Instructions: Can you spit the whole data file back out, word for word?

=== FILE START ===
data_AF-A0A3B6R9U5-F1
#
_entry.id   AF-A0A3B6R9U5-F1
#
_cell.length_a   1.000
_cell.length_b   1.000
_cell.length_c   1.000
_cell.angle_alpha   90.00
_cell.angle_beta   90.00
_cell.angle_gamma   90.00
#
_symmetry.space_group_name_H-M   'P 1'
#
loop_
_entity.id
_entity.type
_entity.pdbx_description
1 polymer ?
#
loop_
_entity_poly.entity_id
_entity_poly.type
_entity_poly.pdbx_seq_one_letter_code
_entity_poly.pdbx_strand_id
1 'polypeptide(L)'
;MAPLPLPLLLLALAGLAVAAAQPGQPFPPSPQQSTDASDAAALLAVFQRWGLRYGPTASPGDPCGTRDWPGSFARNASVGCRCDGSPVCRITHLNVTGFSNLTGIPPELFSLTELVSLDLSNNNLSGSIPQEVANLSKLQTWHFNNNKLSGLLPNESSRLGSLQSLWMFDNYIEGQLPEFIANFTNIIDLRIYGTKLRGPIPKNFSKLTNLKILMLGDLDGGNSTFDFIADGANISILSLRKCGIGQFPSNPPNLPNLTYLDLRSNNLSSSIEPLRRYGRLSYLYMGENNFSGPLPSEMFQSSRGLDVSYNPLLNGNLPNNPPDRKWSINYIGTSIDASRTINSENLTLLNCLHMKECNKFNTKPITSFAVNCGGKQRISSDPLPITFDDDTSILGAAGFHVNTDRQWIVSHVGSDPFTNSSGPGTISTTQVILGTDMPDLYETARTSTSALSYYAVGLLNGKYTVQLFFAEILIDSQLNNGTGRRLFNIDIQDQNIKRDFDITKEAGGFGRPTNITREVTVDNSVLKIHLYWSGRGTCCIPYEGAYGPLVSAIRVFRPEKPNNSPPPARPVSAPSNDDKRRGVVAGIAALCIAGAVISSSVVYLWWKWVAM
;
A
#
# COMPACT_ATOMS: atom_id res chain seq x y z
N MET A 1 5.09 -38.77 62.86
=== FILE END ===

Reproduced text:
data_AF-A0A3B6R9U5-F1
#
_entry.id   AF-A0A3B6R9U5-F1
#
_cell.length_a   1.000
_cell.length_b   1.000
_cell.length_c   1.000
_cell.angle_alpha   90.00
_cell.angle_beta   90.00
_cell.angle_gamma   90.00
#
_symmetry.space_group_name_H-M   'P 1'
#
loop_
_entity.id
_entity.type
_entity.pdbx_description
1 polymer ?
#
loop_
_entity_poly.entity_id
_entity_poly.type
_entity_poly.pdbx_seq_one_letter_code
_entity_poly.pdbx_strand_id
1 'polypeptide(L)'
;MAPLPLPLLLLALAGLAVAAAQPGQPFPPSPQQSTDASDAAALLAVFQRWGLRYGPTASPGDPCGTRDWPGSFARNASVGCRCDGSPVCRITHLNVTGFSNLTGIPPELFSLTELVSLDLSNNNLSGSIPQEVANLSKLQTWHFNNNKLSGLLPNESSRLGSLQSLWMFDNYIEGQLPEFIANFTNIIDLRIYGTKLRGPIPKNFSKLTNLKILMLGDLDGGNSTFDFIADGANISILSLRKCGIGQFPSNPPNLPNLTYLDLRSNNLSSSIEPLRRYGRLSYLYMGENNFSGPLPSEMFQSSRGLDVSYNPLLNGNLPNNPPDRKWSINYIGTSIDASRTINSENLTLLNCLHMKECNKFNTKPITSFAVNCGGKQRISSDPLPITFDDDTSILGAAGFHVNTDRQWIVSHVGSDPFTNSSGPGTISTTQVILGTDMPDLYETARTSTSALSYYAVGLLNGKYTVQLFFAEILIDSQLNNGTGRRLFNIDIQDQNIKRDFDITKEAGGFGRPTNITREVTVDNSVLKIHLYWSGRGTCCIPYEGAYGPLVSAIRVFRPEKPNNSPPPARPVSAPSNDDKRRGVVAGIAALCIAGAVISSSVVYLWWKWVAM
;
A
#
# COMPACT_ATOMS: atom_id res chain seq x y z
N MET A 1 5.09 -38.77 62.86